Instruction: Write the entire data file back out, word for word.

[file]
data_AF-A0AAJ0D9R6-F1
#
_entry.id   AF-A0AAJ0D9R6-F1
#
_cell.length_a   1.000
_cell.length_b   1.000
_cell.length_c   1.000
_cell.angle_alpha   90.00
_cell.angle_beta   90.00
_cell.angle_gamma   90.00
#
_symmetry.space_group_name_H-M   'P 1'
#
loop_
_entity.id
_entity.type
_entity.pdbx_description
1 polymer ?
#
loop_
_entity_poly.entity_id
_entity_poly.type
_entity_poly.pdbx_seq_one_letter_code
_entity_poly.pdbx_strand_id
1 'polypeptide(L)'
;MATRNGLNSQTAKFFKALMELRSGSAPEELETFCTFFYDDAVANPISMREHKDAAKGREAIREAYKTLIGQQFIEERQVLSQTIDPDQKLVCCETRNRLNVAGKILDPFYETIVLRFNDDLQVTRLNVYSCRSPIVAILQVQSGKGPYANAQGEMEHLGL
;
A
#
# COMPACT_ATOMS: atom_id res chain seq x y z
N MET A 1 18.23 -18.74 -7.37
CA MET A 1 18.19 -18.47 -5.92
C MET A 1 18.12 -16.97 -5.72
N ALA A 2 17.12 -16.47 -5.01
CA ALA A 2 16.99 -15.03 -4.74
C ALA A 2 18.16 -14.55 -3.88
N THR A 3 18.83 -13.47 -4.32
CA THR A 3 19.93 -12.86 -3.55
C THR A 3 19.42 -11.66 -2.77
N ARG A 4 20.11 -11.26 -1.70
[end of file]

data_AF-A0AAJ0D9R6-F1
#
_entry.id   AF-A0AAJ0D9R6-F1
#
_cell.length_a   1.000
_cell.length_b   1.000
_cell.length_c   1.000
_cell.angle_alpha   90.00
_cell.angle_beta   90.00
_cell.angle_gamma   90.00
#
_symmetry.space_group_name_H-M   'P 1'
#
loop_
_entity.id
_entity.type
_entity.pdbx_description
1 polymer ?
#
loop_
_entity_poly.entity_id
_entity_poly.type
_entity_poly.pdbx_seq_one_letter_code
_entity_poly.pdbx_strand_id
1 'polypeptide(L)'
;MATRNGLNSQTAKFFKALMELRSGSAPEELETFCTFFYDDAVANPISMREHKDAAKGREAIREAYKTLIGQQFIEERQVLSQTIDPDQKLVCCETRNRLNVAGKILDPFYETIVLRFNDDLQVTRLNVYSCRSPIVAILQVQSGKGPYANAQGEMEHLGL
;
A
#
# COMPACT_ATOMS: atom_id res chain seq x y z
N MET A 1 18.23 -18.74 -7.37
CA MET A 1 18.19 -18.47 -5.92
C MET A 1 18.12 -16.97 -5.72
N ALA A 2 17.12 -16.47 -5.01
CA ALA A 2 16.99 -15.03 -4.74
C ALA A 2 18.16 -14.55 -3.88
N THR A 3 18.83 -13.47 -4.32
CA THR A 3 19.93 -12.86 -3.55
C THR A 3 19.42 -11.66 -2.77
N ARG A 4 20.11 -11.26 -1.70